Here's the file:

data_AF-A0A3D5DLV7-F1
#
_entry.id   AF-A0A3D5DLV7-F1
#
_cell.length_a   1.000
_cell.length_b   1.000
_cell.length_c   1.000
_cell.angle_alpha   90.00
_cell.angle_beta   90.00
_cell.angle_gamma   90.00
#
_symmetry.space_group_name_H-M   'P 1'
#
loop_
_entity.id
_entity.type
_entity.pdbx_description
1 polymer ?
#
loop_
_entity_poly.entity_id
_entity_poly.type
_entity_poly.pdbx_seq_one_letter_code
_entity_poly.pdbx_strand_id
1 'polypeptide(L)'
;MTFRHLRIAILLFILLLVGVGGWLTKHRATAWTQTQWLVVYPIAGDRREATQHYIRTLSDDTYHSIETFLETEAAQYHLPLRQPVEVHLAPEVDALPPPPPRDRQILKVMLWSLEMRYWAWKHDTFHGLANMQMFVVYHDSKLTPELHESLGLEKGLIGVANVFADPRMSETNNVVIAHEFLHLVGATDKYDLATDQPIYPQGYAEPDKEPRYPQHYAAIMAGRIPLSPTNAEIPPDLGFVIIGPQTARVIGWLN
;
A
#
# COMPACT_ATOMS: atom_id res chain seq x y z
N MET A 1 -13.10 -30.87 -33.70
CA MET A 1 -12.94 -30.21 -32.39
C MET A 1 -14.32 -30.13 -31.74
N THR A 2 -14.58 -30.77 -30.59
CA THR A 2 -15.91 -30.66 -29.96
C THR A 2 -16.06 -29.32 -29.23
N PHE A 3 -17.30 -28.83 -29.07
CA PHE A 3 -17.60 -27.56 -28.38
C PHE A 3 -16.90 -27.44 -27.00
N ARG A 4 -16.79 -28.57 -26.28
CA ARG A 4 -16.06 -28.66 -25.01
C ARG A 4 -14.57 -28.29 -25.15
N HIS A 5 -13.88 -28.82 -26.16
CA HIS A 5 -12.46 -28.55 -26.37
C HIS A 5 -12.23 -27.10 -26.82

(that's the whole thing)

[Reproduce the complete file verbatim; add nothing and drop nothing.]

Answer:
data_AF-A0A3D5DLV7-F1
#
_entry.id   AF-A0A3D5DLV7-F1
#
_cell.length_a   1.000
_cell.length_b   1.000
_cell.length_c   1.000
_cell.angle_alpha   90.00
_cell.angle_beta   90.00
_cell.angle_gamma   90.00
#
_symmetry.space_group_name_H-M   'P 1'
#
loop_
_entity.id
_entity.type
_entity.pdbx_description
1 polymer ?
#
loop_
_entity_poly.entity_id
_entity_poly.type
_entity_poly.pdbx_seq_one_letter_code
_entity_poly.pdbx_strand_id
1 'polypeptide(L)'
;MTFRHLRIAILLFILLLVGVGGWLTKHRATAWTQTQWLVVYPIAGDRREATQHYIRTLSDDTYHSIETFLETEAAQYHLPLRQPVEVHLAPEVDALPPPPPRDRQILKVMLWSLEMRYWAWKHDTFHGLANMQMFVVYHDSKLTPELHESLGLEKGLIGVANVFADPRMSETNNVVIAHEFLHLVGATDKYDLATDQPIYPQGYAEPDKEPRYPQHYAAIMAGRIPLSPTNAEIPPDLGFVIIGPQTARVIGWLN
;
A
#
# COMPACT_ATOMS: atom_id res chain seq x y z
N MET A 1 -13.10 -30.87 -33.70
CA MET A 1 -12.94 -30.21 -32.39
C MET A 1 -14.32 -30.13 -31.74
N THR A 2 -14.58 -30.77 -30.59
CA THR A 2 -15.91 -30.66 -29.96
C THR A 2 -16.06 -29.32 -29.23
N PHE A 3 -17.30 -28.83 -29.07
CA PHE A 3 -17.60 -27.56 -28.38
C PHE A 3 -16.90 -27.44 -27.00
N ARG A 4 -16.79 -28.57 -26.28
CA ARG A 4 -16.06 -28.66 -25.01
C ARG A 4 -14.57 -28.29 -25.15
N HIS A 5 -13.88 -28.82 -26.16
CA HIS A 5 -12.46 -28.55 -26.37
C HIS A 5 -12.23 -27.10 -26.82